Guest Artist, Colorado Mesa University
Benjamin Reigel is a professional actor, director, and fight choreographer, as well as a member of the performance faculty at Colorado Mesa University in Grand Junction. Originally from Wisconsin, Ben has lived and worked all over the country, and has scores of credits at theatres from coast to coast including Milwaukee Repertory Theatre, Oregon Shakespeare Festival, American Players Theatre, Utah Shakespeare Festival, DE’s Resident Ensemble Players, Mill Mountain Theatre, Maine Shakespeare Festival/Penobscot Theatre Company, Milwaukee Chamber Theatre, and many others. This past summer, Ben made his Colorado Shakespeare Festival debut, choreographing the fights, and playing Aufidius in Coriolanus, and Lavatch in All's Well that Ends Well.
Before coming to Colorado, Ben taught for 5 years at Western Michigan University in Kalamazoo, and before that for 3 years at Shorter University in Rome, GA.
As an actor, director, and teacher, Ben is deeply committed to the works of Shakespeare. He has performed, directed, or choreographed over 50 productions of Shakespeare’s plays. Both in the classroom and in his professional work, Ben continues to test the teaching and performance opportunities made possible through a study of the First Folio texts, and an exploration of original Shakespearean practices.
Ben earned his B.A. from the University of Minnesota in Minneapolis, and his M.F.A. from the University of Delaware’s Professional Theatre Training Program. Ben is a proud member of Actors’ Equity Association.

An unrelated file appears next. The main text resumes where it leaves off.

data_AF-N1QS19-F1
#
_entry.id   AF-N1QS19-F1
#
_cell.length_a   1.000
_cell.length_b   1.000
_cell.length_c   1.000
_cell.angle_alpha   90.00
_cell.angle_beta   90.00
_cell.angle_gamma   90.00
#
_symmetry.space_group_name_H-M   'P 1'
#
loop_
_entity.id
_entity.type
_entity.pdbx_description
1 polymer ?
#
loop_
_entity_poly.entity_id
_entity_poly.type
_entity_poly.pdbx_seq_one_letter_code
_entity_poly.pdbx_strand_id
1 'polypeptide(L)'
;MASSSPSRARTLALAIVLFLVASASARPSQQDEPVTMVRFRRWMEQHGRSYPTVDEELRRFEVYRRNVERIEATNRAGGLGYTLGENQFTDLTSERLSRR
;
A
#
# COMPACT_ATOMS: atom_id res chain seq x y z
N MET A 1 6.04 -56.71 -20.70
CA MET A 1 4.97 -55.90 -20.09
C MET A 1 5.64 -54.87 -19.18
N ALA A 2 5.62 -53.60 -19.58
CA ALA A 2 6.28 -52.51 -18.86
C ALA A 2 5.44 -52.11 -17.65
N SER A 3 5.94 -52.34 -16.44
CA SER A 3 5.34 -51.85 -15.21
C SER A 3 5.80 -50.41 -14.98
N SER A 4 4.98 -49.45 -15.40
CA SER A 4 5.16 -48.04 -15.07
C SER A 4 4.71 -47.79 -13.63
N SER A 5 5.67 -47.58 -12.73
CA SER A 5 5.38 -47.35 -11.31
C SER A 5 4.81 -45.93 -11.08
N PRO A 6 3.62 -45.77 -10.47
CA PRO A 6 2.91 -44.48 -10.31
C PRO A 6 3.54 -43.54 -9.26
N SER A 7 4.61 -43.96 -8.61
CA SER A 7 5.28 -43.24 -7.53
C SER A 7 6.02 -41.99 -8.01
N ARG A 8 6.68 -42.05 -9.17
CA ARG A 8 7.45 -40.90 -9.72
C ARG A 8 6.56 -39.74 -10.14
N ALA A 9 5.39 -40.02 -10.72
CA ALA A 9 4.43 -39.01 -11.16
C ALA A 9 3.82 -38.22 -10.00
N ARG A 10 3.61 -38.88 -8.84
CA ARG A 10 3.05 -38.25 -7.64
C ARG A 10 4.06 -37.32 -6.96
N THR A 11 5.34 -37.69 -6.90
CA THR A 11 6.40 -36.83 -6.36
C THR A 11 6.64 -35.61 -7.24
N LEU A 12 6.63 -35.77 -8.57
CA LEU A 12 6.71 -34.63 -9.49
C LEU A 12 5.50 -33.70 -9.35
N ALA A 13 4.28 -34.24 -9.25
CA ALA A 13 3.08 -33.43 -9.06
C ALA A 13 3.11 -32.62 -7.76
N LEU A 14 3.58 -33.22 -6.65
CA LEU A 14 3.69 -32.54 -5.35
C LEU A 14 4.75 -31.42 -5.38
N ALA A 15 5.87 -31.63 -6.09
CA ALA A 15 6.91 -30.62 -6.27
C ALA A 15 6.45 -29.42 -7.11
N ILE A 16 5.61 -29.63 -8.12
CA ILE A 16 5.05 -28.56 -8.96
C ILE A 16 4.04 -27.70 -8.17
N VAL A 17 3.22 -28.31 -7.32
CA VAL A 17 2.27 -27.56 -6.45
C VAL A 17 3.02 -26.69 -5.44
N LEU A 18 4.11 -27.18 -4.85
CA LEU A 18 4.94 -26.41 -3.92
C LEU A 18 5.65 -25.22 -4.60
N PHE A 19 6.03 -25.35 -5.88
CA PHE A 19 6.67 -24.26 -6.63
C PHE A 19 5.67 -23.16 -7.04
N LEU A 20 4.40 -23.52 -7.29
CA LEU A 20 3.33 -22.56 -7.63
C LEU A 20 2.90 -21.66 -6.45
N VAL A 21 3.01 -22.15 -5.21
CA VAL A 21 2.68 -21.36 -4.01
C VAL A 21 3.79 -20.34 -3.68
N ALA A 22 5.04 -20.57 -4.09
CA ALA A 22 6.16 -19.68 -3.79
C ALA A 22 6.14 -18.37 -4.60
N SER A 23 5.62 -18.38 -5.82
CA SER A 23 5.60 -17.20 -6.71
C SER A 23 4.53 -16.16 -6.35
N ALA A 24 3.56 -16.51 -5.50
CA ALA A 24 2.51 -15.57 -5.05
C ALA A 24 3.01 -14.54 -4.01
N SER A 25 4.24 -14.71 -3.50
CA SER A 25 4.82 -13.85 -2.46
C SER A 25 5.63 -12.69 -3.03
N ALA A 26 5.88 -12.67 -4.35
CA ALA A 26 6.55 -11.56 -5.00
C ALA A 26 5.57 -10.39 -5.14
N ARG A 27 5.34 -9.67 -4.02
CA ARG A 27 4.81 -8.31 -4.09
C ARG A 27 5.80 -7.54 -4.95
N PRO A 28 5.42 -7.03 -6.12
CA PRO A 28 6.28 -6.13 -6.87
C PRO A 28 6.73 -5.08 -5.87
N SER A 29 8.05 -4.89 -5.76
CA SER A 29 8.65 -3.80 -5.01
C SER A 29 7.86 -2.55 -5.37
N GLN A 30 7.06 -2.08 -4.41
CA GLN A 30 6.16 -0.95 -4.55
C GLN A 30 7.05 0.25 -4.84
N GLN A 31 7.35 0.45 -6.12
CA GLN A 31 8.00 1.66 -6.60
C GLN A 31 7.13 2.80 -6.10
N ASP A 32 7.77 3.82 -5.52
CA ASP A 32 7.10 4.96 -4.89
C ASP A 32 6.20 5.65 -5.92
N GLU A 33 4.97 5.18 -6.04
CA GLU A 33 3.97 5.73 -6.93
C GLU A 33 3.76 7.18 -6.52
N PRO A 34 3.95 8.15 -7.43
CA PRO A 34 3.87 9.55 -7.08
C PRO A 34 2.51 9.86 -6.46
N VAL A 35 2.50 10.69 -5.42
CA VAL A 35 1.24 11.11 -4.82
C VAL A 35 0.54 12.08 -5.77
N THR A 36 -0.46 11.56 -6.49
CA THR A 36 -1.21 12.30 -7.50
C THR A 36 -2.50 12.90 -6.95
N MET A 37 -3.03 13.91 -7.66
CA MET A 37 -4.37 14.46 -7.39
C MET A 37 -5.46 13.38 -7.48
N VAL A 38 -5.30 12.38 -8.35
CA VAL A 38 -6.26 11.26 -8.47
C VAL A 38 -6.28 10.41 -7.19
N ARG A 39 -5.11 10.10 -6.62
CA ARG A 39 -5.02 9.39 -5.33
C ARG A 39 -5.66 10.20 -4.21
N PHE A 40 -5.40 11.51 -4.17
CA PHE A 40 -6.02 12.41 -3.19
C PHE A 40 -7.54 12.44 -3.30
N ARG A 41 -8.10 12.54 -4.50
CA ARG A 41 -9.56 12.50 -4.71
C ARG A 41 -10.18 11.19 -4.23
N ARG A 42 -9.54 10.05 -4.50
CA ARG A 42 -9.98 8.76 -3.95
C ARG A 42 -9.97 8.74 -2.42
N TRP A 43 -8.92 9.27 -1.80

So Funny it Hurts: Creating Comic Violence
, Intermediate, Advanced / Acting, , , , , / Regular
“Tragedy is when I cut my finger. Comedy is when you fall into an open sewer and die.” --Mel Brooks
Drama is conflict. Sometimes that conflict is violent, and people get hurt. And sometime (in a play at least) that pain should make us laugh! From slaps, to pratfalls, to bullies and cowards getting what they deserve, physical pain, and the ability to make us laugh at it is absolutely necessary for a stage performer.
In this workshop, we will be exploring the use of unarmed stage violence in pursuit of comedy. Participants will pair off to learn and work on short comic combat choreographic sequences. We will work on clean techniques, comic timing, and "acting" the fights.
This is a hands-on physical workshop. Participants should expect that they will be coming in actual physical contact with each other. Please wear appropriate movement clothing, and be willing to remove shoes.